You can see the finished designs in the photos below. Éowyn’s design had to be toned down as it was a little complicated and I am not, yet, an expert pumpkin-carver, nevertheless she was very pleased with the final product. Amélie’s was simple but effective and Ezra needed a little help but all of them looked impressive with a tealight candle inside greeting the friendly neighbourhood trick or treaters.

Saturday was Halloween itself and I was at work. Our neighbours were having a little Halloween party for the kids and then afterwards they went Trick or Treating (or tickle treating as Ezra called it). Halloween falling on a Saturday certainly made ‘Trick or Treating’ popular and there were quite a few groups of ‘Trick or Treaters’ wandering the neighbourhood. Indeed, some of the neighbours were overwhelmed when, for a short time, the groups coalesced into a supergroup of two dozen – that’s a lot of sweets to find. It was at this point that Ezra got a little spooked. There were a lot of older kids, that he didn’t know, in quite scary costumes which freaked him out. Fortunately, I had returned home and so he stayed in with Daddy and his haul of confectionary.

The next day Nanny Fran and Auntie Liz (and the guinea pigs) came down. This is becoming a regular occurrence recently. This time it was to look after the baguettes while Lucinda and I celebrated the life of Granddad, along with the rest of the family and his friends, at his funeral and wake.  We thought that the girls and Ezra, especially were a little too young to come to Granddad’s funeral, so we didn ‘t even give them the option.  It is always feels strange to say that it was a ‘good funeral’ but Granddad’s memorial was a very moving and fitting tribute to a well-loved man.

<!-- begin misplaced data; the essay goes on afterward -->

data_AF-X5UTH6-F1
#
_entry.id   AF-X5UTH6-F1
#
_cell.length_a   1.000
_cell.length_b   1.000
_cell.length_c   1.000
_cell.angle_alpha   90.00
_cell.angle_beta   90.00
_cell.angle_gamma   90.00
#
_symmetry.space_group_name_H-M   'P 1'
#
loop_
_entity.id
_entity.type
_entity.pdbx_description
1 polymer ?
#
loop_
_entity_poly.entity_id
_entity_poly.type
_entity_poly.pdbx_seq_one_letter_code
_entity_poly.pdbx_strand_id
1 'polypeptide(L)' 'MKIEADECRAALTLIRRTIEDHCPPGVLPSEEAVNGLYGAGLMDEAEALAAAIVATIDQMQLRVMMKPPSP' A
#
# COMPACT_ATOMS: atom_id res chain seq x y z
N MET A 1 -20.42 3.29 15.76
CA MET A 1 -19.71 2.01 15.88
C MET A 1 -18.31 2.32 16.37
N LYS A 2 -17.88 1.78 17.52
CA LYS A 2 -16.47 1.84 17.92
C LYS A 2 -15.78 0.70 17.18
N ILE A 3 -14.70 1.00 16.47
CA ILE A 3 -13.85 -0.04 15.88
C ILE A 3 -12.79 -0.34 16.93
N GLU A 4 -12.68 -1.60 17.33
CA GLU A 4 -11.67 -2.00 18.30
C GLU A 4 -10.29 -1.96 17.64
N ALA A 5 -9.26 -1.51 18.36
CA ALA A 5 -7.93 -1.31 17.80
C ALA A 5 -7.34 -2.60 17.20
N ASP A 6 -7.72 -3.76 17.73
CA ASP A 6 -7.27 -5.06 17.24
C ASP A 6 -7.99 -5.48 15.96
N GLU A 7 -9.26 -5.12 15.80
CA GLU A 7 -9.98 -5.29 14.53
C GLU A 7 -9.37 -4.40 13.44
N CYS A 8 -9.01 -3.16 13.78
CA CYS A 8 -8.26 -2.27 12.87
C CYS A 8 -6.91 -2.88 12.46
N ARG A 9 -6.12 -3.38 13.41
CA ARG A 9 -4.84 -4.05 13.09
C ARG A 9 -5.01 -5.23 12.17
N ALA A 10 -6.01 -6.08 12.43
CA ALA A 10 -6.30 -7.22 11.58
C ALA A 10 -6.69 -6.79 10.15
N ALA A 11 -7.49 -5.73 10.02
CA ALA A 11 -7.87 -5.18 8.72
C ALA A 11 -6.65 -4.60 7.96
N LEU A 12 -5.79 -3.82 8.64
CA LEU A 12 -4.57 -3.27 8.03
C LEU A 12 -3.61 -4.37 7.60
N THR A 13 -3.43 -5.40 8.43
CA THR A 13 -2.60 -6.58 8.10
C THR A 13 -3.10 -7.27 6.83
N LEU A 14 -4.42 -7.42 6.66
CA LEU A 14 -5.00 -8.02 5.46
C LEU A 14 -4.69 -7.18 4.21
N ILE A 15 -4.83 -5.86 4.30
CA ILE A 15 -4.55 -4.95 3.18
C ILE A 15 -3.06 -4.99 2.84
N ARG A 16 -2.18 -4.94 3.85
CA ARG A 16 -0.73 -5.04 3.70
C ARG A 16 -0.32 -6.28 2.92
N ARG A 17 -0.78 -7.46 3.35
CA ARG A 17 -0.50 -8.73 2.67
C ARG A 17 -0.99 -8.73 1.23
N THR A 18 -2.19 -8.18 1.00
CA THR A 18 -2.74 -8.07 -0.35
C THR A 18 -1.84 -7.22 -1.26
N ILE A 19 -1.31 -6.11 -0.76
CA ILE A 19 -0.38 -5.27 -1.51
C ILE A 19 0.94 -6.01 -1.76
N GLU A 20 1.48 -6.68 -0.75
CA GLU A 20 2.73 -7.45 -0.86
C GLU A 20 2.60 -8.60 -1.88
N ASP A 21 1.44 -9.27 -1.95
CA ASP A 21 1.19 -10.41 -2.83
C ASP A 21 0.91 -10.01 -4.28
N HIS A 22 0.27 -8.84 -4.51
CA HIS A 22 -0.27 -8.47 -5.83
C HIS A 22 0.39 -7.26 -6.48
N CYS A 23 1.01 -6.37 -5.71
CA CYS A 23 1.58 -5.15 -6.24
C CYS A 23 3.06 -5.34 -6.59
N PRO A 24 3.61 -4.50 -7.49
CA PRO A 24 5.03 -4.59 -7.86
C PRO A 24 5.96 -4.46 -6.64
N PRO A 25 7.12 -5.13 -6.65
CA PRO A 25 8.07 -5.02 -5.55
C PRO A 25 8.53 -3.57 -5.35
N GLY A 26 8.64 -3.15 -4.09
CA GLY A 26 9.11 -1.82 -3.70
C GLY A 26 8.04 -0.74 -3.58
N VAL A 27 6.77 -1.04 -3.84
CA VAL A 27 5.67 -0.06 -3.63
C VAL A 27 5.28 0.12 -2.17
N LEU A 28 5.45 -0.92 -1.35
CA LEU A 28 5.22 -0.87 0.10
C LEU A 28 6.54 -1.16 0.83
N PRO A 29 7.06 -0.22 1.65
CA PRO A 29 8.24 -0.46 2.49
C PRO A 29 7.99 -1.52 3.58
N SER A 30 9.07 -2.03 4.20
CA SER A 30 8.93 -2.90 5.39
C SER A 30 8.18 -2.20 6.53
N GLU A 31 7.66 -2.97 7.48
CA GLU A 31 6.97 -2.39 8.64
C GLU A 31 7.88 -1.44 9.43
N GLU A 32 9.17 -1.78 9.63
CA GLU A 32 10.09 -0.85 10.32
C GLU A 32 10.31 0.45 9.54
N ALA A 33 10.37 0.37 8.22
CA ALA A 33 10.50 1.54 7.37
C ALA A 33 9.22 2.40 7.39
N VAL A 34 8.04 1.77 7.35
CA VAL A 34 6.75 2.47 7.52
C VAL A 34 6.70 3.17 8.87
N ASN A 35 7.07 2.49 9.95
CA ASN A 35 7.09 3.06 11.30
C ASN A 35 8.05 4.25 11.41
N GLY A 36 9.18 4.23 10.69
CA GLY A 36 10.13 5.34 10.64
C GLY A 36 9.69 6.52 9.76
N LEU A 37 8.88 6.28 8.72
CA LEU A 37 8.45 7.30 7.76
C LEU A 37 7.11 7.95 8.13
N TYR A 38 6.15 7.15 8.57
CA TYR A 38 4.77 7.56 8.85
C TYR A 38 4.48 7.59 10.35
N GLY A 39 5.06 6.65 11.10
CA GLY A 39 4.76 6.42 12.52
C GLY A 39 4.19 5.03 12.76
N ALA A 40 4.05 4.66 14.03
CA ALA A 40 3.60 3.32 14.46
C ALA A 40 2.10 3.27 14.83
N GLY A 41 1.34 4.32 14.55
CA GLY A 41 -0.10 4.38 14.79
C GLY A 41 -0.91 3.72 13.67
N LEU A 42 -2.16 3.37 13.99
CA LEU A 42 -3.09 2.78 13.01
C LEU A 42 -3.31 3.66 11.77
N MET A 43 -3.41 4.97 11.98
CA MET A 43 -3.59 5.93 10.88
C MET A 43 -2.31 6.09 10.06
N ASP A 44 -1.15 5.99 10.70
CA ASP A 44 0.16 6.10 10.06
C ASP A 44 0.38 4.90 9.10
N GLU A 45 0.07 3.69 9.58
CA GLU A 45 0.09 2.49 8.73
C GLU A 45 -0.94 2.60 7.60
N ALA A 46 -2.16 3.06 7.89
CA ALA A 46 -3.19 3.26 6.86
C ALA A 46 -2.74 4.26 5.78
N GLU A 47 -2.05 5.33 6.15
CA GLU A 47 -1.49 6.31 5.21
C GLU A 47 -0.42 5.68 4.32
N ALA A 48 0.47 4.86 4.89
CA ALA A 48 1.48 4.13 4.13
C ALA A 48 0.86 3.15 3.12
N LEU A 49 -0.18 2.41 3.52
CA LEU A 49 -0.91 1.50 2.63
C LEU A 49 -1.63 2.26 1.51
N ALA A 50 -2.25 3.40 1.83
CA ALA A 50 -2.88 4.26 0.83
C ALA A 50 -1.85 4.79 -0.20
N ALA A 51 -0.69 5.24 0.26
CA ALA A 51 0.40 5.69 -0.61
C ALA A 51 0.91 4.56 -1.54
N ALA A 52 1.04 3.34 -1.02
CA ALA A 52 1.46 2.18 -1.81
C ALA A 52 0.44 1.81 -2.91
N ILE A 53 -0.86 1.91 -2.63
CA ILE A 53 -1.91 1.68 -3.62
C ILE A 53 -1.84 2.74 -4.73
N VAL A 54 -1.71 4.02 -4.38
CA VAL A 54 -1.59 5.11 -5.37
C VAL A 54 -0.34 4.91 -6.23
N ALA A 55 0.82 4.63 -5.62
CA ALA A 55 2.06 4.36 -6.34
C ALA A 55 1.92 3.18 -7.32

Granddad’s death is obviously still raw for the family, but how are our little ones coping? Éowyn is seemingly handling it very well. She is very matter-of-fact about it and although upset that her Granddad has died is at peace with what it means. Ezra, obviously is too young to understand and that leaves Amélie. Amélie is a sensitive soul and has taken Granddad’s passing very hard. She has been sobbing on more than one occasion. We all think about how we will miss those that have passed and for Amélie and Granddad that tends to revolve around food. She has said she will miss Granddad for his fudge, biscuits, pancakes and ice-cream. Also, she has said that she will miss him because he fixes her toys when she breaks them.

Lucinda found her sobbing the other day and let her talk while giving her a cuddle. I came in and we all hugged while Amélie reasoned her loss. It was all very upsetting not only because Amélie was crying but because we will miss him too, for our own reasons. However, our mood was slightly lightened when Amélie came out with something that can only spring from the logic of a child. Between sobs she said, ‘I wish Granddad was a tortoise.’ Slightly sideswiped by this we asked her what she meant. ‘Tortoises can live for over a hundred years, so if Granddad was a tortoise he would still be alive.’ You cannot deny the logic.